Wednesday, October 15, 2014

Real-Time Communications via WebRTC

Your modern web browser is fabulous for consuming data: text, audio, and video; all natively. However, for the web's promise of real-time audio/video communication with others, you will need a browser plugin (e.g. Flash) or a different application altogether (e.g. Skype).   
The recent trend in application development is to create applications as a service and access via the web browser.  Users demand functionality found in traditional, native applications for example, drag & drop found in Windows and OS X applications.  The latest HTML 5 specifications meet many of these requirements, however, there still remains a gap in functionality. 

To enable native RTC functionality in browsers, Google Engineers have been busy developing and integrating an API into their Chrome web browser that allows developers to natively add peer-to-peer video conferencing, file sharing, and screen share functionality without plugins.  Additionally, there is work by W3C to standardize this API.  Both Firefox, and Opera already support experimental versions of WebRTC; however, Microsoft has no plans to support this API and instead plans to introduce its own competing API.  It will be interesting to see how this turns out, but given Google's clout over browser standards, WebRTC has a good chance of ultimately becoming the RTC standard for browsers.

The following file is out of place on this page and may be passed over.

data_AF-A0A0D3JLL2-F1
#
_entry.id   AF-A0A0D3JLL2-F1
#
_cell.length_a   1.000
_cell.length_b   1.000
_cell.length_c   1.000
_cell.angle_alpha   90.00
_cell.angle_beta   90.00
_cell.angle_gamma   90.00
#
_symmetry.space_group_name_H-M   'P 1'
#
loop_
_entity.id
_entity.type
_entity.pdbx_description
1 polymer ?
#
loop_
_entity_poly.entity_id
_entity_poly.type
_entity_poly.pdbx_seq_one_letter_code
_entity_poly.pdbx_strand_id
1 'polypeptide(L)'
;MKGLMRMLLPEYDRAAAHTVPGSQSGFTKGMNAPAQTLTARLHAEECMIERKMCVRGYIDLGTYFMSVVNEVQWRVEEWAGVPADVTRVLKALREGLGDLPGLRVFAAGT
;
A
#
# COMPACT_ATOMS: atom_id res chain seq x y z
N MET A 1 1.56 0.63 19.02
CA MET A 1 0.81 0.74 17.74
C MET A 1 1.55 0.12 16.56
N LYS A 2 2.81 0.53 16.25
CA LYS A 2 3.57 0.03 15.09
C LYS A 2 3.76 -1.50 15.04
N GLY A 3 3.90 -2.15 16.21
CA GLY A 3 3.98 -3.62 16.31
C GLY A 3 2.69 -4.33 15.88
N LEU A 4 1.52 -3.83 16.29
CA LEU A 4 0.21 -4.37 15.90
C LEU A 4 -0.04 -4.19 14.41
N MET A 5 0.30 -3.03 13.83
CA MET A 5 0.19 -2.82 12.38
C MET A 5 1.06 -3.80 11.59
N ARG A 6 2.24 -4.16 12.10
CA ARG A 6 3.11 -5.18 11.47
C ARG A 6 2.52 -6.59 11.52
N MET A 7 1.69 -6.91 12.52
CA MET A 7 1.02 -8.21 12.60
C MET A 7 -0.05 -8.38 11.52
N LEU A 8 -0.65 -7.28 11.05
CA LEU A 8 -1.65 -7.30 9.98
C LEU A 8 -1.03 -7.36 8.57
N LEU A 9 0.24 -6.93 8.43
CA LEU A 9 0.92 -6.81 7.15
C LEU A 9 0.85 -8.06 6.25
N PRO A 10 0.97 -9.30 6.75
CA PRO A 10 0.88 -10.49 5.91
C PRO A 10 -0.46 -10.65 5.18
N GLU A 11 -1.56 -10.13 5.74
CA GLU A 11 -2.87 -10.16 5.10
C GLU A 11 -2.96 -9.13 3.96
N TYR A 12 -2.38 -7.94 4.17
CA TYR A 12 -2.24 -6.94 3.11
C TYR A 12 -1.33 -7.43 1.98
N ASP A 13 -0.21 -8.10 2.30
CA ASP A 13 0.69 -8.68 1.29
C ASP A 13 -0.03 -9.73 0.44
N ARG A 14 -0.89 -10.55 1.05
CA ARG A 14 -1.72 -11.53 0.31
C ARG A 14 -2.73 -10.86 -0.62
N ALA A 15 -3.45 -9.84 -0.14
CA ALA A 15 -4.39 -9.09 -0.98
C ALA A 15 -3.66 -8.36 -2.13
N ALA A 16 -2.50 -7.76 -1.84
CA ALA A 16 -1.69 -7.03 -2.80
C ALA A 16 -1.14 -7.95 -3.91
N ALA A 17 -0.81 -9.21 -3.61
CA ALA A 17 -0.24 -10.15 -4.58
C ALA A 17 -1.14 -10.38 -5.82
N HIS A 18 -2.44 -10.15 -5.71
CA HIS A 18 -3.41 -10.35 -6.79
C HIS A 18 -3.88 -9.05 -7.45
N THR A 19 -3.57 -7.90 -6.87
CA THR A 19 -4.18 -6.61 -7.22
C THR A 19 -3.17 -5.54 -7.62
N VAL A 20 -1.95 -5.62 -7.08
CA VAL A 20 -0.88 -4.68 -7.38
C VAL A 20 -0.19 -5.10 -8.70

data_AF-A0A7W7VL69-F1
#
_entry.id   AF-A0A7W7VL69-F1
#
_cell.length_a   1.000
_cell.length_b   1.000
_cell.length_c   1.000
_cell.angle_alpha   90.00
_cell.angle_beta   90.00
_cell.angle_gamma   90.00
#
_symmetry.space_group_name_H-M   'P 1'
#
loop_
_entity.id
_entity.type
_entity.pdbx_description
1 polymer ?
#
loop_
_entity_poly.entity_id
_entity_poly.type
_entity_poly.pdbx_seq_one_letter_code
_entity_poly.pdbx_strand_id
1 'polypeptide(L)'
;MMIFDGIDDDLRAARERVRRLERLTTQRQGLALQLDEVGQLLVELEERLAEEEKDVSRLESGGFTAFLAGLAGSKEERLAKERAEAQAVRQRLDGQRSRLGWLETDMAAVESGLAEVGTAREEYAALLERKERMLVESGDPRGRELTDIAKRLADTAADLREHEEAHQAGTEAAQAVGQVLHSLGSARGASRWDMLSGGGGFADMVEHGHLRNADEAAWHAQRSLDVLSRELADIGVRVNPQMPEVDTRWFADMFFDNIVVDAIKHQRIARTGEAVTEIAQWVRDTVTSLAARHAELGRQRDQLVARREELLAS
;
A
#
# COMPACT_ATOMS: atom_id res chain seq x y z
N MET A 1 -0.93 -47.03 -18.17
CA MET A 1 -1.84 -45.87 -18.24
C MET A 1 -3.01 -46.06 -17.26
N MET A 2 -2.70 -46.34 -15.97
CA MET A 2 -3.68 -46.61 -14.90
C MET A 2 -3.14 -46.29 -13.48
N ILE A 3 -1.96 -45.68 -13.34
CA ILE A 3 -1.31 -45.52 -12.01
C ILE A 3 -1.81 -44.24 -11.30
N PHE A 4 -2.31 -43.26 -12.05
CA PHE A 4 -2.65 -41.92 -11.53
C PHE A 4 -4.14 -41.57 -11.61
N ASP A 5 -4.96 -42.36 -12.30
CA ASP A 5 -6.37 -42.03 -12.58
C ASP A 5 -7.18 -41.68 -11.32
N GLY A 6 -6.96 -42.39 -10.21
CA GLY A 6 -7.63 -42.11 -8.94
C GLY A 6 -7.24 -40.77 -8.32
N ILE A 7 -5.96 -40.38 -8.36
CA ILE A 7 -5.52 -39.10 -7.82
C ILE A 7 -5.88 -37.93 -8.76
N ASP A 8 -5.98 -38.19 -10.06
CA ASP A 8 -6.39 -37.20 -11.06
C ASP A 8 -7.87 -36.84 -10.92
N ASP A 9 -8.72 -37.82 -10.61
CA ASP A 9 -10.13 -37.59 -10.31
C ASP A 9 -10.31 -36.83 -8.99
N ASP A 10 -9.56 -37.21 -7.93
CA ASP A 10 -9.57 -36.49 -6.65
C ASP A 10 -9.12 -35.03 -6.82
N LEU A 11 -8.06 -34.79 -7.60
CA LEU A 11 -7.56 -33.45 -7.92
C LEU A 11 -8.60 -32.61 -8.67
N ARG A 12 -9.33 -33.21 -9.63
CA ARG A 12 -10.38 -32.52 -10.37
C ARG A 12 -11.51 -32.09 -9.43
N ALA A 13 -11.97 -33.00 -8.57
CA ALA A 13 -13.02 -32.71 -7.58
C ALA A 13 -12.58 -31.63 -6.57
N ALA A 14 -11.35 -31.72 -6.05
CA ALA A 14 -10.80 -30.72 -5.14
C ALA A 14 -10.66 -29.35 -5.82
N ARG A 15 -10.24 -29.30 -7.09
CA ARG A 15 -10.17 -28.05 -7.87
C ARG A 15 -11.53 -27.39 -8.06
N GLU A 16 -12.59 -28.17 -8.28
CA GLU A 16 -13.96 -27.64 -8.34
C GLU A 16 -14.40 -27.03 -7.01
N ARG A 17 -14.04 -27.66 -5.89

The possibilities for building, rich, collaborative, web applications, are significantly enhanced by this API, and is yet another step in establishing the web browser as one of the most powerful tools available to you. 

Tuesday, July 8, 2014

Create a better user experience

So often the user experience is ignored or its importance is marginalized. A bad user experience is no different than a bad customer experience; a bad experience means that person is not likely to return or recommend your product or service. Imagine shopping in a store and the shelving is maze like, aisles are too narrow, and goods are displayed haphazardly making it hard to find the items you wish to purchase. It’s unlikely you would want to shop in that store again. It’s no different when it comes to a user’s experience in adapting to new processes and systems. A bad user experience leads to resistance in accepting the changes despite any change management processes you may have in place. This is true for all types of change whether you are implementing a new off-the-shelf product, custom building a new application or enhancing an existing application.

User experience isn’t just about delivering a list of functional features or providing pretty graphics and colours. It’s also about providing a user interface that makes it easy for the user to navigate, find what they need, and do what they want quickly and without fuss. Accessibility is also an important component of the user experience. Accessibility includes universal access for users with special needs such as screen readers as well as for users who require mobile access or have slow bandwidth connections.